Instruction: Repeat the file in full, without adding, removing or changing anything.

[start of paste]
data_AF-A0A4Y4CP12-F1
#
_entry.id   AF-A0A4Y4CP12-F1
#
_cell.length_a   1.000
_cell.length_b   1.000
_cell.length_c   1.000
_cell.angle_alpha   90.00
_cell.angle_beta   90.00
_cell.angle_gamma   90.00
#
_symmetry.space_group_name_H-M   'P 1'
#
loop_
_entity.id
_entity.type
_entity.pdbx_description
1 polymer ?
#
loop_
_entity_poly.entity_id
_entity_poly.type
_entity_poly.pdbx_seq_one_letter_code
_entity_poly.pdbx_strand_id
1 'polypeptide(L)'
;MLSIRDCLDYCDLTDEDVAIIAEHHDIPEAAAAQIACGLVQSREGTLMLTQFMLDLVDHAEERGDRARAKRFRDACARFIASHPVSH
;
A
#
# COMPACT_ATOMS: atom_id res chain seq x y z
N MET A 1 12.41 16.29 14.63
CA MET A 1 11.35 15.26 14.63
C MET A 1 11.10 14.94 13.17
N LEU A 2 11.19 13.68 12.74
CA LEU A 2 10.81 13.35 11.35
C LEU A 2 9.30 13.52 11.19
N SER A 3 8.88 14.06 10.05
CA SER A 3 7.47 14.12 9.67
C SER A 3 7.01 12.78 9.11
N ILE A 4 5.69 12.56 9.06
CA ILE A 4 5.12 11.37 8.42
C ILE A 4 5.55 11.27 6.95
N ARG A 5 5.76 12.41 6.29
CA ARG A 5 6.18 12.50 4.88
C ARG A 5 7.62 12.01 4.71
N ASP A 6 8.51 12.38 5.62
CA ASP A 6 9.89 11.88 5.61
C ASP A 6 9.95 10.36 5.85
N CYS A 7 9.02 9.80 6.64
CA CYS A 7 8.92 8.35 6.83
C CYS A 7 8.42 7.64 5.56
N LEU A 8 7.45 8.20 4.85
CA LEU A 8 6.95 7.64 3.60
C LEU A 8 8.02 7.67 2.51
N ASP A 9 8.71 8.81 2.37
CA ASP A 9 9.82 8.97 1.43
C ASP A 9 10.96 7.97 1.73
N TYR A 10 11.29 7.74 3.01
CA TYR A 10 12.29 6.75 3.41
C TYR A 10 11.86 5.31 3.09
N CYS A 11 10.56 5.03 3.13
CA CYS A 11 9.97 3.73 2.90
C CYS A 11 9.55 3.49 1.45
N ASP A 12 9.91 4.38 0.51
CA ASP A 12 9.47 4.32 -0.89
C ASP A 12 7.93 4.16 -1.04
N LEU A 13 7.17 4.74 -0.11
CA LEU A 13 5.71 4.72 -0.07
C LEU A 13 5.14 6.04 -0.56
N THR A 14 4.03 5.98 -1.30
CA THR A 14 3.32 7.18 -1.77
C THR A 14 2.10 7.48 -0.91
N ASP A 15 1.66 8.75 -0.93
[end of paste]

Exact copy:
data_AF-A0A4Y4CP12-F1
#
_entry.id   AF-A0A4Y4CP12-F1
#
_cell.length_a   1.000
_cell.length_b   1.000
_cell.length_c   1.000
_cell.angle_alpha   90.00
_cell.angle_beta   90.00
_cell.angle_gamma   90.00
#
_symmetry.space_group_name_H-M   'P 1'
#
loop_
_entity.id
_entity.type
_entity.pdbx_description
1 polymer ?
#
loop_
_entity_poly.entity_id
_entity_poly.type
_entity_poly.pdbx_seq_one_letter_code
_entity_poly.pdbx_strand_id
1 'polypeptide(L)'
;MLSIRDCLDYCDLTDEDVAIIAEHHDIPEAAAAQIACGLVQSREGTLMLTQFMLDLVDHAEERGDRARAKRFRDACARFIASHPVSH
;
A
#
# COMPACT_ATOMS: atom_id res chain seq x y z
N MET A 1 12.41 16.29 14.63
CA MET A 1 11.35 15.26 14.63
C MET A 1 11.10 14.94 13.17
N LEU A 2 11.19 13.68 12.74
CA LEU A 2 10.81 13.35 11.35
C LEU A 2 9.30 13.52 11.19
N SER A 3 8.88 14.06 10.05
CA SER A 3 7.47 14.12 9.67
C SER A 3 7.01 12.78 9.11
N ILE A 4 5.69 12.56 9.06
CA ILE A 4 5.12 11.37 8.42
C ILE A 4 5.55 11.27 6.95
N ARG A 5 5.76 12.41 6.29
CA ARG A 5 6.18 12.50 4.88
C ARG A 5 7.62 12.01 4.71
N ASP A 6 8.51 12.38 5.62
CA ASP A 6 9.89 11.88 5.61
C ASP A 6 9.95 10.36 5.85
N CYS A 7 9.02 9.80 6.64
CA CYS A 7 8.92 8.35 6.83
C CYS A 7 8.42 7.64 5.56
N LEU A 8 7.45 8.20 4.85
CA LEU A 8 6.95 7.64 3.60
C LEU A 8 8.02 7.67 2.51
N ASP A 9 8.71 8.81 2.37
CA ASP A 9 9.82 8.97 1.43
C ASP A 9 10.96 7.97 1.73
N TYR A 10 11.29 7.74 3.01
CA TYR A 10 12.29 6.75 3.41
C TYR A 10 11.86 5.31 3.09
N CYS A 11 10.56 5.03 3.13
CA CYS A 11 9.97 3.73 2.90
C CYS A 11 9.55 3.49 1.45
N ASP A 12 9.91 4.38 0.51
CA ASP A 12 9.47 4.32 -0.89
C ASP A 12 7.93 4.16 -1.04
N LEU A 13 7.17 4.74 -0.11
CA LEU A 13 5.71 4.72 -0.07
C LEU A 13 5.14 6.04 -0.56
N THR A 14 4.03 5.98 -1.30
CA THR A 14 3.32 7.18 -1.77
C THR A 14 2.10 7.48 -0.91
N ASP A 15 1.66 8.75 -0.93